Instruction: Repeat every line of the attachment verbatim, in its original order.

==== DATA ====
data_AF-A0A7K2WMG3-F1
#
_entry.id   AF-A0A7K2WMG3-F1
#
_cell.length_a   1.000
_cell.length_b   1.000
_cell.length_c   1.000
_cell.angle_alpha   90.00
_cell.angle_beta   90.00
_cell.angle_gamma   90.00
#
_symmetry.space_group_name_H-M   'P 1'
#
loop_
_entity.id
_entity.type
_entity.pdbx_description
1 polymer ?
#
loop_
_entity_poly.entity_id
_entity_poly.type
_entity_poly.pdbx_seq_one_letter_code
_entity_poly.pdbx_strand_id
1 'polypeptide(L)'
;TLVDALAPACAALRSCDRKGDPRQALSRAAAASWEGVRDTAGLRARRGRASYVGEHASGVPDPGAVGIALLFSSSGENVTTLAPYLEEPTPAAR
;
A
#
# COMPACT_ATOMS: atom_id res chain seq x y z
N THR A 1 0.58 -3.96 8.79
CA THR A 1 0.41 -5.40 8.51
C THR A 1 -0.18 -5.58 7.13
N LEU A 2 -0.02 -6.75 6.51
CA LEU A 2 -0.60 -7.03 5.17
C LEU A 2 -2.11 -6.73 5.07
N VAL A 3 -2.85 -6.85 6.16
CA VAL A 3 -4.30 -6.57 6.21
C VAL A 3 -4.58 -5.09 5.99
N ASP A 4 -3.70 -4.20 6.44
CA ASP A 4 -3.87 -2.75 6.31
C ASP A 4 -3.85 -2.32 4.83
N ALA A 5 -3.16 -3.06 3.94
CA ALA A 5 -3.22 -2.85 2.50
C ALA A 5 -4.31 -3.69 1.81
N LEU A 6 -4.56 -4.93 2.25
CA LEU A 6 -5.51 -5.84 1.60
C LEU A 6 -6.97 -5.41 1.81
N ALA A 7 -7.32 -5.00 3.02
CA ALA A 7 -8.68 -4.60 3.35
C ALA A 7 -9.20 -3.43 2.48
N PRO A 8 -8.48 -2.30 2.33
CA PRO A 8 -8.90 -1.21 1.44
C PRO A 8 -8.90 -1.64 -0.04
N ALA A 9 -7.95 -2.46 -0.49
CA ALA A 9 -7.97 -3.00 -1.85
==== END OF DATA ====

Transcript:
data_AF-A0A7K2WMG3-F1
#
_entry.id   AF-A0A7K2WMG3-F1
#
_cell.length_a   1.000
_cell.length_b   1.000
_cell.length_c   1.000
_cell.angle_alpha   90.00
_cell.angle_beta   90.00
_cell.angle_gamma   90.00
#
_symmetry.space_group_name_H-M   'P 1'
#
loop_
_entity.id
_entity.type
_entity.pdbx_description
1 polymer ?
#
loop_
_entity_poly.entity_id
_entity_poly.type
_entity_poly.pdbx_seq_one_letter_code
_entity_poly.pdbx_strand_id
1 'polypeptide(L)'
;TLVDALAPACAALRSCDRKGDPRQALSRAAAASWEGVRDTAGLRARRGRASYVGEHASGVPDPGAVGIALLFSSSGENVTTLAPYLEEPTPAAR
;
A
#
# COMPACT_ATOMS: atom_id res chain seq x y z
N THR A 1 0.58 -3.96 8.79
CA THR A 1 0.41 -5.40 8.51
C THR A 1 -0.18 -5.58 7.13
N LEU A 2 -0.02 -6.75 6.51
CA LEU A 2 -0.60 -7.03 5.17
C LEU A 2 -2.11 -6.73 5.07
N VAL A 3 -2.85 -6.85 6.16
CA VAL A 3 -4.30 -6.57 6.21
C VAL A 3 -4.58 -5.09 5.99
N ASP A 4 -3.70 -4.20 6.44
CA ASP A 4 -3.87 -2.75 6.31
C ASP A 4 -3.85 -2.32 4.83
N ALA A 5 -3.16 -3.06 3.94
CA ALA A 5 -3.22 -2.85 2.50
C ALA A 5 -4.31 -3.69 1.81
N LEU A 6 -4.56 -4.93 2.25
CA LEU A 6 -5.51 -5.84 1.60
C LEU A 6 -6.97 -5.41 1.81
N ALA A 7 -7.32 -5.00 3.02
CA ALA A 7 -8.68 -4.60 3.35
C ALA A 7 -9.20 -3.43 2.48
N PRO A 8 -8.48 -2.30 2.33
CA PRO A 8 -8.90 -1.21 1.44
C PRO A 8 -8.90 -1.64 -0.04
N ALA A 9 -7.95 -2.46 -0.49
CA ALA A 9 -7.97 -3.00 -1.85